Back to work in the University of Tartu Geology Department

Tartu, Estonia — Today Bill Ausich and I returned to the geology lab on the university campus to continue our work on the Kalana Lagerst├Ątte crinoids. There is Bill above working on specimens.

I spent most of the day working with this beautiful Leica photomicroscope (model S9i). It is the most intuitive photomicroscope I have ever seen. The images are superb. I want.

Here I am at the microphotography station, looking wistfully outside.

We don’t have anything new to report today, so here’s an image of one of the best Kalana crinoids.

This is my favorite specimen because it is squashed in a way that separated the calyx plates to make them easier to see.

The calyx is on the left side of this specimen. The pinnules from the arms are preserved so well here they look like hair. Note the small angular fossil just below the crinoid on the right. These are common in the Lagerst├Ątte, often appearing to be attached to crinoids. We think they may be green algae, possibly like the modern Hydrodictyon but marine — and with larger cells. Another mystery in this fossil assemblage.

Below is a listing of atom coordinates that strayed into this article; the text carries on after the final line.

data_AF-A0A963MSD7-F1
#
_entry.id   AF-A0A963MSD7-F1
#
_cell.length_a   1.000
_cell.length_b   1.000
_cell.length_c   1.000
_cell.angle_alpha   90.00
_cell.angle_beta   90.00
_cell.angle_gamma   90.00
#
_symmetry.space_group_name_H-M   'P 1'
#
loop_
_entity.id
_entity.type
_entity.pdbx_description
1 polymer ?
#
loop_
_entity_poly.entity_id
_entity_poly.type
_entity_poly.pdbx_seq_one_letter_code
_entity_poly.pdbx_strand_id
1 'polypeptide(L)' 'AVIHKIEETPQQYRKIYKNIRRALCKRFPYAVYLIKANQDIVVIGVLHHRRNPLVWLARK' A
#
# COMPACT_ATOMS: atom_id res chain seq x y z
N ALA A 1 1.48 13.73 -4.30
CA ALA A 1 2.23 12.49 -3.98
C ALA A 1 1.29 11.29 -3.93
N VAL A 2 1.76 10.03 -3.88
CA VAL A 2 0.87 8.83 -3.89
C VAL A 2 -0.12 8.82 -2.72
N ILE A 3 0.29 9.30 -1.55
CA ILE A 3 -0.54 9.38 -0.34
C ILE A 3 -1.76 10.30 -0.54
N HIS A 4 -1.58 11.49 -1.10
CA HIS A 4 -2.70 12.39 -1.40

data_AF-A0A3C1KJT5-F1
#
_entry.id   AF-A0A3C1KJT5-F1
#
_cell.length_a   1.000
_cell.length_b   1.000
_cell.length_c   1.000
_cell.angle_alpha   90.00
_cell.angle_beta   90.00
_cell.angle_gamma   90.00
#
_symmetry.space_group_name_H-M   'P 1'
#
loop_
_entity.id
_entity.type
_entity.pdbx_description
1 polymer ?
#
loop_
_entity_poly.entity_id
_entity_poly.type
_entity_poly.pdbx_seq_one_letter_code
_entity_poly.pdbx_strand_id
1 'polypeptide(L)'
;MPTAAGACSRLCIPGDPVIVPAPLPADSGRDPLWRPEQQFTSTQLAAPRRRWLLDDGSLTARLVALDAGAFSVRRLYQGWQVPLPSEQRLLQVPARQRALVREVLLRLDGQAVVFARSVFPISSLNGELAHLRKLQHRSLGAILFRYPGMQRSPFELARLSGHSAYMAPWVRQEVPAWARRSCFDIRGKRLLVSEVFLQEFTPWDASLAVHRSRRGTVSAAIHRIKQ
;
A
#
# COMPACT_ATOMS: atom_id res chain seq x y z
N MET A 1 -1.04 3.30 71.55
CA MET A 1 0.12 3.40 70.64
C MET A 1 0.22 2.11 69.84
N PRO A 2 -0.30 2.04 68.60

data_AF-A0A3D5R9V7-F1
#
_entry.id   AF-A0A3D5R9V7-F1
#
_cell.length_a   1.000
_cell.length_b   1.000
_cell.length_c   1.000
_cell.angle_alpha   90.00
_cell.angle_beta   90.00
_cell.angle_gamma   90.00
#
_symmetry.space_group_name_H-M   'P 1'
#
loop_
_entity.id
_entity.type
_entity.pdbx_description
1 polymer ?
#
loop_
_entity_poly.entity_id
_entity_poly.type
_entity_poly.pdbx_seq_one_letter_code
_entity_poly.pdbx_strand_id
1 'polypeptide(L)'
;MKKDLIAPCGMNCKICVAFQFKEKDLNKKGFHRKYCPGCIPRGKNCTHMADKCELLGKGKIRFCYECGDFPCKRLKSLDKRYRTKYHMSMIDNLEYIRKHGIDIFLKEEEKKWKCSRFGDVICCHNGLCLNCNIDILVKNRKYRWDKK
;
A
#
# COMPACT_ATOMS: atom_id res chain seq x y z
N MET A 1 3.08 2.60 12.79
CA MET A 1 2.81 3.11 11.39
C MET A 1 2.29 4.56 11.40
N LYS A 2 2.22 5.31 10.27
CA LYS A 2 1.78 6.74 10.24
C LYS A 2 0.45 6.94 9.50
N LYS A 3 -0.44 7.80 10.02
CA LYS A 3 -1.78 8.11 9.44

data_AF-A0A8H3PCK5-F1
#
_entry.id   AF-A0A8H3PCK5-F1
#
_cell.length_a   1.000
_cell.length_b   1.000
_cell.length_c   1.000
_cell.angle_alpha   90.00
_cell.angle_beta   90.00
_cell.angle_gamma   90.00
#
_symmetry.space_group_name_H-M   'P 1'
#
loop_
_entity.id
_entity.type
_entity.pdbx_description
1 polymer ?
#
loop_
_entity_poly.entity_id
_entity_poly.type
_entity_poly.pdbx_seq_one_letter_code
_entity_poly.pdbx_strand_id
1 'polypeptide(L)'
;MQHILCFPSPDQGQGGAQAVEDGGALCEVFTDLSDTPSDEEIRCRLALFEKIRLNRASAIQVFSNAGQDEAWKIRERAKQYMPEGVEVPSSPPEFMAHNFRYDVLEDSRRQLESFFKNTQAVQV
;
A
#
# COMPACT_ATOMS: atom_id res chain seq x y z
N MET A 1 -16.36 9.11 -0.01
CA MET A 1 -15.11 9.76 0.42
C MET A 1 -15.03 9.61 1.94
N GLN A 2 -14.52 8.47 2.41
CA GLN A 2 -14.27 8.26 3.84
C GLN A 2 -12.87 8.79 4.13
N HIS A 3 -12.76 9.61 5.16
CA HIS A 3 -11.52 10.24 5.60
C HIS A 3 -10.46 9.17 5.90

We’ve now completed a week in Tartu. The Kalana crinoid project has gone especially well. Thank you to graduate student Viirika Mastik who collected most of the Kalana crinoids, and to her supervisor Oive Tinn. They have helped us immensely in the lab.

About Mark Wilson

Mark Wilson is a Professor of Geology at The College of Wooster. He specializes in invertebrate paleontology, carbonate sedimentology, and stratigraphy. He also is an expert on pseudoscience, especially creationism.
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